Ethiopia profile - Media
Ethiopia's media environment is one of the most restrictive in sub-Saharan Africa, says US-based Freedom House.
Reporters Without Borders says terrorism charges have been systematically levelled against journalists, and "physical and verbal threats, arbitrary trials, and convictions are all used to silence the media".
In late 2016 the government announced strict controls on the media amid a state of emergency over anti-government protests.
The rules outlawed watching or listening to TV or radio stations belonging to what the government called "terrorist organisations", such as the Amsterdam-based opposition ESAT TV and US-based OMN.
Radio is an important medium, reaching rural areas where most Ethiopians live.
Although the state controls most broadcasting outlets, including the sole national TV network, there is a handful of private radio stations.
Press circulation is largely confined to the literate urban elite.
There were around 4.3 million internet users by 2016 (Internetlivestats.com). The internet and mobile networks have been deliberately disrupted during periods of social unrest.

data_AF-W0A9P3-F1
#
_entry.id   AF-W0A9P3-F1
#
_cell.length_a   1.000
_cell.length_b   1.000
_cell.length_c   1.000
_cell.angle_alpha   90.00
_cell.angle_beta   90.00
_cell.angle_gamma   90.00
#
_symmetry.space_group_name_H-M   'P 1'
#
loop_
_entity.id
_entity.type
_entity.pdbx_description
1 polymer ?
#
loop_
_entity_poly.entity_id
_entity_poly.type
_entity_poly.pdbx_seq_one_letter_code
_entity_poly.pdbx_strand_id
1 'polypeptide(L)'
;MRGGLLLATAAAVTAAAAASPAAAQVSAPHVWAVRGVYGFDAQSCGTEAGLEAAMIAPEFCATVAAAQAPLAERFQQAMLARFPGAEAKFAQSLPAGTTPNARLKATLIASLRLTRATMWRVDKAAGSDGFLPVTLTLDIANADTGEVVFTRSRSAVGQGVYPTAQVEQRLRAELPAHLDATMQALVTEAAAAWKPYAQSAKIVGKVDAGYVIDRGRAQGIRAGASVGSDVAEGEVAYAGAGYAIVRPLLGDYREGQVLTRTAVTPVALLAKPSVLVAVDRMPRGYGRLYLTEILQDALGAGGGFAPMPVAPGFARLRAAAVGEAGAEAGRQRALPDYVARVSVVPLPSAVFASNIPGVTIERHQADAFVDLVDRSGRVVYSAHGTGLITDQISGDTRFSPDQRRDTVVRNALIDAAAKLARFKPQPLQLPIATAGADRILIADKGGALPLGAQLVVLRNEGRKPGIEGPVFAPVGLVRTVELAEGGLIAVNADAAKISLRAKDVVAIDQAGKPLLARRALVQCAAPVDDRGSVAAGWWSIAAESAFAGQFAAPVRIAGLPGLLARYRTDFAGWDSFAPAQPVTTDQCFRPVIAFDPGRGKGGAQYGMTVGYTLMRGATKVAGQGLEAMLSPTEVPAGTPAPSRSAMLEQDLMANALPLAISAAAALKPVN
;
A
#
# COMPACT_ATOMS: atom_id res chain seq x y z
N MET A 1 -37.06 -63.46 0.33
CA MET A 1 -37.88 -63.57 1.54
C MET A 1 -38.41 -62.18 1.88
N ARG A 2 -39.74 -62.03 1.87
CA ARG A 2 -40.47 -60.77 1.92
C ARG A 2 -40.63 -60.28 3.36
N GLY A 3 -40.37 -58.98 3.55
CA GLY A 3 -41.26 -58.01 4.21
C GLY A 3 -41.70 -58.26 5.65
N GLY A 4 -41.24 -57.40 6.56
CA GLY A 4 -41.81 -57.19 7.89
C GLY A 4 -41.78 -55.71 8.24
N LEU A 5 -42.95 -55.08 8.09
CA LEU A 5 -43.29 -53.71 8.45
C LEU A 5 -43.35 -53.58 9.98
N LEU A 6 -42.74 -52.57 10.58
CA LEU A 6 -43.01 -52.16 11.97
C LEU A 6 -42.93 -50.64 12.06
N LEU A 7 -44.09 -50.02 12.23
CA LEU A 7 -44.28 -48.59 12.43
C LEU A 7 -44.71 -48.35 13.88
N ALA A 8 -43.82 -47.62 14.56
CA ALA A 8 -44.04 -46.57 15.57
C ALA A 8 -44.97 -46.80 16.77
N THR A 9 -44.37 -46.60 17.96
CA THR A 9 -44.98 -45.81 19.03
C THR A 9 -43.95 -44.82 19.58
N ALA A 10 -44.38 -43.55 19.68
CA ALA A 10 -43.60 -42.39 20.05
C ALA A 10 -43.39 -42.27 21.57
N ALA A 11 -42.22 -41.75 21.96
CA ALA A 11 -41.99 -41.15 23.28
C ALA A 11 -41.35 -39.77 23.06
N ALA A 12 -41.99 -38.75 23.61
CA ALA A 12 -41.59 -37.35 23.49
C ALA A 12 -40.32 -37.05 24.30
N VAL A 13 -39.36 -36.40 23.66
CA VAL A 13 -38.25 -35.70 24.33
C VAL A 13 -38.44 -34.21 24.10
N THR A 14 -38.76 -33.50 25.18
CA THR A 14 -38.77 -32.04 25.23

Ethiopia has a "politically-motivated internet blocking and filtering regime that is reinforced during sensitive political events", says Freedom House.
Poor infrastructure and a government monopoly in the ICT sector make online services prohibitively expensive for many Ethiopians.
- Addis Zemen - state-owned daily
- Ethiopian Herald - state-owned English-language daily
- The Daily Monitor - private, English-language
- Addis Admass - private, Amharic-language weekly
- The Reporter - private, English-language web pages
- Capital - English-language, business weekly
- Addis Fortune - English-language business weekly
- Ethiopian Television (ETV) - state-owned
- Radio Ethiopia - state-owned, operates National Service and External Service and regional stations
- FM Addis 97.1 - operated by Addis Ababa city administration
- Voice of Tigray Revolution - Tigray Regional State government radio
- Radio Fana - founded in 1994 by ruling party